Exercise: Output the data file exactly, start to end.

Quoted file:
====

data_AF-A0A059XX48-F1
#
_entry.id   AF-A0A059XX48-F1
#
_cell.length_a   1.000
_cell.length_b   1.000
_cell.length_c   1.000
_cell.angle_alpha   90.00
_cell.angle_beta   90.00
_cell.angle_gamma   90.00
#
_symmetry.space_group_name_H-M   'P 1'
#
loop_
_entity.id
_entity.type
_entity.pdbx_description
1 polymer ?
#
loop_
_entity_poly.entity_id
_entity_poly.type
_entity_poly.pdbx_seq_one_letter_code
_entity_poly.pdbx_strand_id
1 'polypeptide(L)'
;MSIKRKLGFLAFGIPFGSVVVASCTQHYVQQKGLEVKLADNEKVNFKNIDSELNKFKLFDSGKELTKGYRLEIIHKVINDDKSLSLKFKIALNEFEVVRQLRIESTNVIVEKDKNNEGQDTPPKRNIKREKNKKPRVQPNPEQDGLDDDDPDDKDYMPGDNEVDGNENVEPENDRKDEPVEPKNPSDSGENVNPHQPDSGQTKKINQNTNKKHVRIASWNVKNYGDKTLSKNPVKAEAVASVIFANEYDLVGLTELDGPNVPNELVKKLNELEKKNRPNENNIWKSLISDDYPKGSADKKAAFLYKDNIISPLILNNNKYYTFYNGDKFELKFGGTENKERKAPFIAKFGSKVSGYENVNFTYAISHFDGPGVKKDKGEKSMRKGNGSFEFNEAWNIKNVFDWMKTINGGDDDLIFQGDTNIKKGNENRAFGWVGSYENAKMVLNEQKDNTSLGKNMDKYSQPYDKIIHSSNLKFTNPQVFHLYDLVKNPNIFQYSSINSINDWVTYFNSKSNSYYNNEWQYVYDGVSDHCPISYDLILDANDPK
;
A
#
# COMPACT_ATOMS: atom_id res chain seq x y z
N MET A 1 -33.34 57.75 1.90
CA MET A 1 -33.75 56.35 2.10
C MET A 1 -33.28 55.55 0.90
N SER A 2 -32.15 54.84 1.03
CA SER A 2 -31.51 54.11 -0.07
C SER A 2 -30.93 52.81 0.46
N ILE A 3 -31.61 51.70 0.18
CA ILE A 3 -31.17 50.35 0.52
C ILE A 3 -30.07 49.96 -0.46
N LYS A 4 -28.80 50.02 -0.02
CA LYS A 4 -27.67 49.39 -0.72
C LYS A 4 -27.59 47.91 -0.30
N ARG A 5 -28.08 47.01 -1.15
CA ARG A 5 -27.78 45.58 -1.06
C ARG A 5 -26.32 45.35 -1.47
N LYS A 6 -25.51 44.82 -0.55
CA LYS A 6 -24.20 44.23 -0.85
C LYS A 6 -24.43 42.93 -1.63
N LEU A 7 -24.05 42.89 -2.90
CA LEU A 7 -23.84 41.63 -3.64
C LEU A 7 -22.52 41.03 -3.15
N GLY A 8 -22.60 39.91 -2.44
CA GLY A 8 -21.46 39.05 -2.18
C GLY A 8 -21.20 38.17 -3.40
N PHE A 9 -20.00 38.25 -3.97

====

data_AF-A0A059XX48-F1
#
_entry.id   AF-A0A059XX48-F1
#
_cell.length_a   1.000
_cell.length_b   1.000
_cell.length_c   1.000
_cell.angle_alpha   90.00
_cell.angle_beta   90.00
_cell.angle_gamma   90.00
#
_symmetry.space_group_name_H-M   'P 1'
#
loop_
_entity.id
_entity.type
_entity.pdbx_description
1 polymer ?
#
loop_
_entity_poly.entity_id
_entity_poly.type
_entity_poly.pdbx_seq_one_letter_code
_entity_poly.pdbx_strand_id
1 'polypeptide(L)'
;MSIKRKLGFLAFGIPFGSVVVASCTQHYVQQKGLEVKLADNEKVNFKNIDSELNKFKLFDSGKELTKGYRLEIIHKVINDDKSLSLKFKIALNEFEVVRQLRIESTNVIVEKDKNNEGQDTPPKRNIKREKNKKPRVQPNPEQDGLDDDDPDDKDYMPGDNEVDGNENVEPENDRKDEPVEPKNPSDSGENVNPHQPDSGQTKKINQNTNKKHVRIASWNVKNYGDKTLSKNPVKAEAVASVIFANEYDLVGLTELDGPNVPNELVKKLNELEKKNRPNENNIWKSLISDDYPKGSADKKAAFLYKDNIISPLILNNNKYYTFYNGDKFELKFGGTENKERKAPFIAKFGSKVSGYENVNFTYAISHFDGPGVKKDKGEKSMRKGNGSFEFNEAWNIKNVFDWMKTINGGDDDLIFQGDTNIKKGNENRAFGWVGSYENAKMVLNEQKDNTSLGKNMDKYSQPYDKIIHSSNLKFTNPQVFHLYDLVKNPNIFQYSSINSINDWVTYFNSKSNSYYNNEWQYVYDGVSDHCPISYDLILDANDPK
;
A
#
# COMPACT_ATOMS: atom_id res chain seq x y z
N MET A 1 -33.34 57.75 1.90
CA MET A 1 -33.75 56.35 2.10
C MET A 1 -33.28 55.55 0.90
N SER A 2 -32.15 54.84 1.03
CA SER A 2 -31.51 54.11 -0.07
C SER A 2 -30.93 52.81 0.46
N ILE A 3 -31.61 51.70 0.18
CA ILE A 3 -31.17 50.35 0.52
C ILE A 3 -30.07 49.96 -0.46
N LYS A 4 -28.80 50.02 -0.02
CA LYS A 4 -27.67 49.39 -0.72
C LYS A 4 -27.59 47.91 -0.30
N ARG A 5 -28.08 47.01 -1.15
CA ARG A 5 -27.78 45.58 -1.06
C ARG A 5 -26.32 45.35 -1.47
N LYS A 6 -25.51 44.82 -0.55
CA LYS A 6 -24.20 44.23 -0.85
C LYS A 6 -24.43 42.93 -1.63
N LEU A 7 -24.05 42.89 -2.90
CA LEU A 7 -23.84 41.63 -3.64
C LEU A 7 -22.52 41.03 -3.15
N GLY A 8 -22.60 39.91 -2.44
CA GLY A 8 -21.46 39.05 -2.18
C GLY A 8 -21.20 38.17 -3.40
N PHE A 9 -20.00 38.25 -3.97